When an artist of some repute passes it’s a standard thing to say that while this is a sad event at least we have their art remaining with us forever. While this is certainly doubly true of David Bowie, what I will really miss is the thrill of new material being released. Of not knowing what strange curveball or diversion he’s up to now. Of being sure that the only certainty is that it will be different to last time. Whatever the critics might have said at the time every Bowie album contains at least something interesting, bold or unusual. Uniquely amongst legends he also managed to retain a freshness and musical questing right till the end releasing the absorbing `Blackstar` just two days before his death. Whoever has signed off with anything as daring as an album like that? Whoever has made such left turns as Ziggy into `Young Americans`, `Scary Monsters` into `Let’s Dance`? The whole geography of his career is full of bold moves- who else would `abandon` his solo career for a group like Tin Machine? Who else would end a near decade’s hiatus with a single like `Where Are We Now`? Who else would kill off their famous alter ego live on stage? The answer is no-one else at all.
Around this time some of his best songs were not on the so-so `Tonight` or over produced `Never Let Me Down` albums. `Absolute Beginners` with its soaring declaration of simple love is one of the loveliest songs I’ve ever heard and has a personal meaning for me too, thinking back to 1986. `Underground` is a rollicking thing and `When the Wind Blows` manages to convey nuclear catastrophe with an undercurrent of menace.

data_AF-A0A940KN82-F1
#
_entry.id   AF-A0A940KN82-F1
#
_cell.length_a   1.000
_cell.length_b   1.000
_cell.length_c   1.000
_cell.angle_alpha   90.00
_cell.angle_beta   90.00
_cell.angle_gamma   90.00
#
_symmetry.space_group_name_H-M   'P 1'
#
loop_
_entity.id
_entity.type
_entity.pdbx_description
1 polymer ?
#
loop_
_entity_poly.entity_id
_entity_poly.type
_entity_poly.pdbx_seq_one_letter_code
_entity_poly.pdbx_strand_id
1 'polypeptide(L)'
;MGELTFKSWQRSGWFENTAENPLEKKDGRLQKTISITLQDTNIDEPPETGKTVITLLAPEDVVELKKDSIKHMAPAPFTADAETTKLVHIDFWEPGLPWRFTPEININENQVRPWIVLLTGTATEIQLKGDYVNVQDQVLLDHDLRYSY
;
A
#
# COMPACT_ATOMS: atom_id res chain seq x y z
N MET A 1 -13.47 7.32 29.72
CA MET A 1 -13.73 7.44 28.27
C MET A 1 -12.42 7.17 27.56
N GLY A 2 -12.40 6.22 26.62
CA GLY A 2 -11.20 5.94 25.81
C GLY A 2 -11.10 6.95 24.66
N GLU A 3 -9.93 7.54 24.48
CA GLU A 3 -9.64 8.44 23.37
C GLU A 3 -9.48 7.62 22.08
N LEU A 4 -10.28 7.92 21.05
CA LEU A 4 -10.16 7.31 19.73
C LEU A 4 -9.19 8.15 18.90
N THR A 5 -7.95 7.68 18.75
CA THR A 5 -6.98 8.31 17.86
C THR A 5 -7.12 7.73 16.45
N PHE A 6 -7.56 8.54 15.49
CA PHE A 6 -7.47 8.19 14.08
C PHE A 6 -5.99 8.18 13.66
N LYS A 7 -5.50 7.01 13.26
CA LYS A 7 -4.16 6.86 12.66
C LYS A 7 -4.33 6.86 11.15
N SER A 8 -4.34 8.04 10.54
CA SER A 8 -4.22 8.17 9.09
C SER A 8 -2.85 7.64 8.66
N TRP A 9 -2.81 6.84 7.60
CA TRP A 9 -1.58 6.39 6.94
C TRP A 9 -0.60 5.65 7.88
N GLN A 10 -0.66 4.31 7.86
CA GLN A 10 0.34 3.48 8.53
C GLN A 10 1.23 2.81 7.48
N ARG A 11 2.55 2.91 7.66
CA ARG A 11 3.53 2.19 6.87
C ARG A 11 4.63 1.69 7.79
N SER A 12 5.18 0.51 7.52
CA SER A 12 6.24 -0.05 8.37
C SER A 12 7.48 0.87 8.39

His critical stock may well have been at it lowest but his voice was developing into something grand. Not enough is written about that voice which tends to be overlooked behind the musical and image changes but his ability to hold notes or to interpret or to become different characters was superb.
I finally got to see him live during the post Tin Machine revival. As he neared his 50s Bowie’s music rediscovered that element of questing. The return had started back in 1988 when he appeared with dance troupe La La LA Human steps, then formed Tin Machine and then brought out `Black Tie White Noise`. Reuniting with old foils Bowie never did the expected; though both are produced by Nile Rogers there is a lot of difference between the two.
This was followed by the complex, knotty `1.Outside` which contains some of the most powerful music and dark ideas of his career. This was the tour when I finally saw him live at Wembley Arena as he performed amidst large paint splattered sheets and was every bit the Starman you might expect. My second Bowie gig was surprisingly much smaller in Liverpool’s Royal Court Theatre on the `Earthling` tour. That was an album that took some dedication but I loved it. It wasn’t really a drum and bass record, but used that genre as a stepping stone. The concert was excellent encompassing a number of dips into his back catalogue.
Boiwe as a performer was magnetic. Those two concerts sit near the top of the list of live events I’ve been to and his onstage poise was appreciated by many writers. I recall one piece by music journalist Chris Roberts which described in some detail how a cigarette played a key part in the way Bowie presented one song on stage. He continued to fascinate and surprise. Heathen` was a superb album, the title track being one of the most haunting songs in his catalogue.
In the (no) time it takes for a Wikipedia description of a deceased artist to change to past tense, so Bowie’s work is in for another re-assessment and a slew of new conclusions. All interesting but they won’t change the love I and many others have for most of his albums.